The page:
Marco Rubio Wants to Protect More Workers from Non-Compete Agreements

Last week, U.S. Sen. Marco Rubio, R-Fla., introduced a proposal “that would protect entry-level, low-wage workers from non-compete agreements that limit their employment opportunities and restrict their ability to negotiate higher wages and benefits.”

Rubio introduced the “Freedom to Compete Act” with U.S. Sen. Maggie Hassan, D-NH, co-sponsoring the bill.

Rubio has been pushing the bill, which “would amend the Fair Labor Standards Act of 1938 (FLSA) to prevent employers from using non-compete agreements in employment contracts for certain non-exempt employees,” since the start of 2019.

On Friday, Rubio weighed in on the proposal.

“Non-compete agreements that arbitrarily restrict entry-level, low-wage workers from pursuing better employment opportunities are egregious and outdated, especially in today’s economy,” Rubio said. “This bipartisan legislation would empower these American workers by preventing employers from using non-compete agreements in employment contracts. It is a commonsense step to enhance opportunities and upward mobility for low-wage workers.”

“It makes zero sense that entry-level, low wage workers are often limited by non-compete agreements from finding better employment opportunities and negotiating higher wages,” Hassan said. “That is why I have joined with Senator Rubio to reintroduce legislation to protect many low-wage workers from these restrictive agreements. I will continue to advocate for workers’ rights and benefits so that Granite Staters have access to better economic opportunities.”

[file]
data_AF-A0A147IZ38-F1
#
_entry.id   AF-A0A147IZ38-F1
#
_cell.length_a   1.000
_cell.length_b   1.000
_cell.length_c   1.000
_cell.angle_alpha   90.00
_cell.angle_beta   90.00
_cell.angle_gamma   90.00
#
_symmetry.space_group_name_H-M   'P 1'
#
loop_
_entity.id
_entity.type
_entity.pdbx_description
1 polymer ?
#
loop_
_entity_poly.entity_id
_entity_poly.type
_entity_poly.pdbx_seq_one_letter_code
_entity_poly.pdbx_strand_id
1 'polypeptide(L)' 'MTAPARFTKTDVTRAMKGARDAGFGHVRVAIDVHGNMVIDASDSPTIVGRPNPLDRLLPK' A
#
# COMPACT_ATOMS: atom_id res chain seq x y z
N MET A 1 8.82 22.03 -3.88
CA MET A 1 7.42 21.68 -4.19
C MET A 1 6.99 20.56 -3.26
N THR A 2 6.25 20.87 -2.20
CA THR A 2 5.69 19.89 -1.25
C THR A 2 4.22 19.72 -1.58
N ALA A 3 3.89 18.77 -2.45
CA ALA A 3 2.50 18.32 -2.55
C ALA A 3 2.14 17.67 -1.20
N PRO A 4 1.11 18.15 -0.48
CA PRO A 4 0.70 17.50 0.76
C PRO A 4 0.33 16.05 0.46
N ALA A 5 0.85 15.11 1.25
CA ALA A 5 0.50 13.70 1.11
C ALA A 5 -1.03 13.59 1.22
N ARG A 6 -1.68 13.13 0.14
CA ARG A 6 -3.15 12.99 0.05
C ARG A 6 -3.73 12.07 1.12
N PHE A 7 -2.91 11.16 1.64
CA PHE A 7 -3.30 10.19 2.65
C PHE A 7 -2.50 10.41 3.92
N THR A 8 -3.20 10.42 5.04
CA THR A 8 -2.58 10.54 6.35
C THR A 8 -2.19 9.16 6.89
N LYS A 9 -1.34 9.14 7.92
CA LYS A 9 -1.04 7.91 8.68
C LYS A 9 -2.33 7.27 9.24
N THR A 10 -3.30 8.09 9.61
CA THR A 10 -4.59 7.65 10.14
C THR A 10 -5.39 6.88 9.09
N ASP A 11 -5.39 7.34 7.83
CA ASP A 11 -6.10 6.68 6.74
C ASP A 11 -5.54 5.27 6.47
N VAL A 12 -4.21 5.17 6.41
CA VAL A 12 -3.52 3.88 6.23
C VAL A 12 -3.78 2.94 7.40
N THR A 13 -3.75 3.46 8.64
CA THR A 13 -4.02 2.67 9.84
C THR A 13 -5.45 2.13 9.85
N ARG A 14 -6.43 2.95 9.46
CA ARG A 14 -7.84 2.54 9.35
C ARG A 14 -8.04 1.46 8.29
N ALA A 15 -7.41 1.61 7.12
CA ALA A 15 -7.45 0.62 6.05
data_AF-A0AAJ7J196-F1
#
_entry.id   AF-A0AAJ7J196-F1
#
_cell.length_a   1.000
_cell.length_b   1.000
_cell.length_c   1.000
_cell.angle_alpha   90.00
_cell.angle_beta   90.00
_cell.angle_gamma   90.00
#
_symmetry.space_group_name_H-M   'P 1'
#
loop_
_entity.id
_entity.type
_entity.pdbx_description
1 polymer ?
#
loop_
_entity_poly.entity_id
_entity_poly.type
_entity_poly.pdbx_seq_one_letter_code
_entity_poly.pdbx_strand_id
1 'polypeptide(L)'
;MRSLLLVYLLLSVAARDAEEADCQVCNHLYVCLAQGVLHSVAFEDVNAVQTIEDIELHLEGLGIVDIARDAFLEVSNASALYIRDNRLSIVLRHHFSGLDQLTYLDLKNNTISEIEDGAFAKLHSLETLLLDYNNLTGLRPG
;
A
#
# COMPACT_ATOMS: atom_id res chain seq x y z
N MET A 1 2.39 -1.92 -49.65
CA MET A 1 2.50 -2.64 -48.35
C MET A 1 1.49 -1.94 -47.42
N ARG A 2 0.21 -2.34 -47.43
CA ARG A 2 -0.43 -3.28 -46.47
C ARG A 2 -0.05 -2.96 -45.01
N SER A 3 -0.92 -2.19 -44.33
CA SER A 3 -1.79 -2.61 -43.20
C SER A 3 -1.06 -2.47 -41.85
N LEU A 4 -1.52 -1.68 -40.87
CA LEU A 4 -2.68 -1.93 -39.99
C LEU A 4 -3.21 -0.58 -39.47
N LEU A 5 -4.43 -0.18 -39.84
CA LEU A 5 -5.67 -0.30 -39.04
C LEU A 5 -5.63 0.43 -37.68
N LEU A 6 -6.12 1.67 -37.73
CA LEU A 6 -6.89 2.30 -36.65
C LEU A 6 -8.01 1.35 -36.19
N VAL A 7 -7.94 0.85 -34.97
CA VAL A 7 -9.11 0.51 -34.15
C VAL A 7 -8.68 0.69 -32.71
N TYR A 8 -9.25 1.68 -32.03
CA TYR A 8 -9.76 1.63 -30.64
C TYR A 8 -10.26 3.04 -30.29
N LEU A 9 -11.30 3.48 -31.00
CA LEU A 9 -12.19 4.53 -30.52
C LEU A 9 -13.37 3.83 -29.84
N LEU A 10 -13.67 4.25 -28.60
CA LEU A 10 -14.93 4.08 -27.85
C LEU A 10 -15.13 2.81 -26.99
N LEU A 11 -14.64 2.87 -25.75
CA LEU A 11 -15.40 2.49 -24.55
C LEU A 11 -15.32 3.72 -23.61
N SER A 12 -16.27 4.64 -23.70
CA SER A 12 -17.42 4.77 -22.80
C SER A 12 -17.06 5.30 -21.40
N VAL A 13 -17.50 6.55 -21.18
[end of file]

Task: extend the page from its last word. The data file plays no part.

The bill would “apply only to employees who do not qualify for the FLSA’s minimum wage and overtime exemption for bona fide executive, administrative, professional, and outside sales employees; prohibit an employer from enforcing, or threatening to enforce, a non-compete agreement with a non-exempt employee; prohibit an employer from entering into, extending, or renewing a non-compete agreement with a non-exempt employee; and be enforced by the Department of Labor under the existing FLSA framework for minimum wage and overtime violations.”

Rubio’s bill was sent to the U.S. Senate Health, Education, Labor and Pensions Committee. So far, there is no companion measure over in the U.S. House.


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